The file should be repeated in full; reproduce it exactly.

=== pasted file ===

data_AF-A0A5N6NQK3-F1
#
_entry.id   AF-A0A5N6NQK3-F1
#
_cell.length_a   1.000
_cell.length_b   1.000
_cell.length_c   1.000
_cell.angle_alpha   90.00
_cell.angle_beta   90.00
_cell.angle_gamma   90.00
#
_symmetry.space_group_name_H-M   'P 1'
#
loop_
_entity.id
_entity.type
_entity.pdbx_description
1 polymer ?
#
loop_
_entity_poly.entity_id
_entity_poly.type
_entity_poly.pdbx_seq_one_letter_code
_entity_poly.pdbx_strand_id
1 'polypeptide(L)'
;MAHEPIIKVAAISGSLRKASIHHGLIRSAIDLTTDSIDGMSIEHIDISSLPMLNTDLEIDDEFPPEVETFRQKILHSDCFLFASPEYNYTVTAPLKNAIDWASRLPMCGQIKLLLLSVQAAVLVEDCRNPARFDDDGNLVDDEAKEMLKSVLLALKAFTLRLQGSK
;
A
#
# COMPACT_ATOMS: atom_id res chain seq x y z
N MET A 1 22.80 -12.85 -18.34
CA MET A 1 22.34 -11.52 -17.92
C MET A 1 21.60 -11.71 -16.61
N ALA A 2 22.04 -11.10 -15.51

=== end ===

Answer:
data_AF-A0A5N6NQK3-F1
#
_entry.id   AF-A0A5N6NQK3-F1
#
_cell.length_a   1.000
_cell.length_b   1.000
_cell.length_c   1.000
_cell.angle_alpha   90.00
_cell.angle_beta   90.00
_cell.angle_gamma   90.00
#
_symmetry.space_group_name_H-M   'P 1'
#
loop_
_entity.id
_entity.type
_entity.pdbx_description
1 polymer ?
#
loop_
_entity_poly.entity_id
_entity_poly.type
_entity_poly.pdbx_seq_one_letter_code
_entity_poly.pdbx_strand_id
1 'polypeptide(L)'
;MAHEPIIKVAAISGSLRKASIHHGLIRSAIDLTTDSIDGMSIEHIDISSLPMLNTDLEIDDEFPPEVETFRQKILHSDCFLFASPEYNYTVTAPLKNAIDWASRLPMCGQIKLLLLSVQAAVLVEDCRNPARFDDDGNLVDDEAKEMLKSVLLALKAFTLRLQGSK
;
A
#
# COMPACT_ATOMS: atom_id res chain seq x y z
N MET A 1 22.80 -12.85 -18.34
CA MET A 1 22.34 -11.52 -17.92
C MET A 1 21.60 -11.71 -16.61
N ALA A 2 22.04 -11.10 -15.51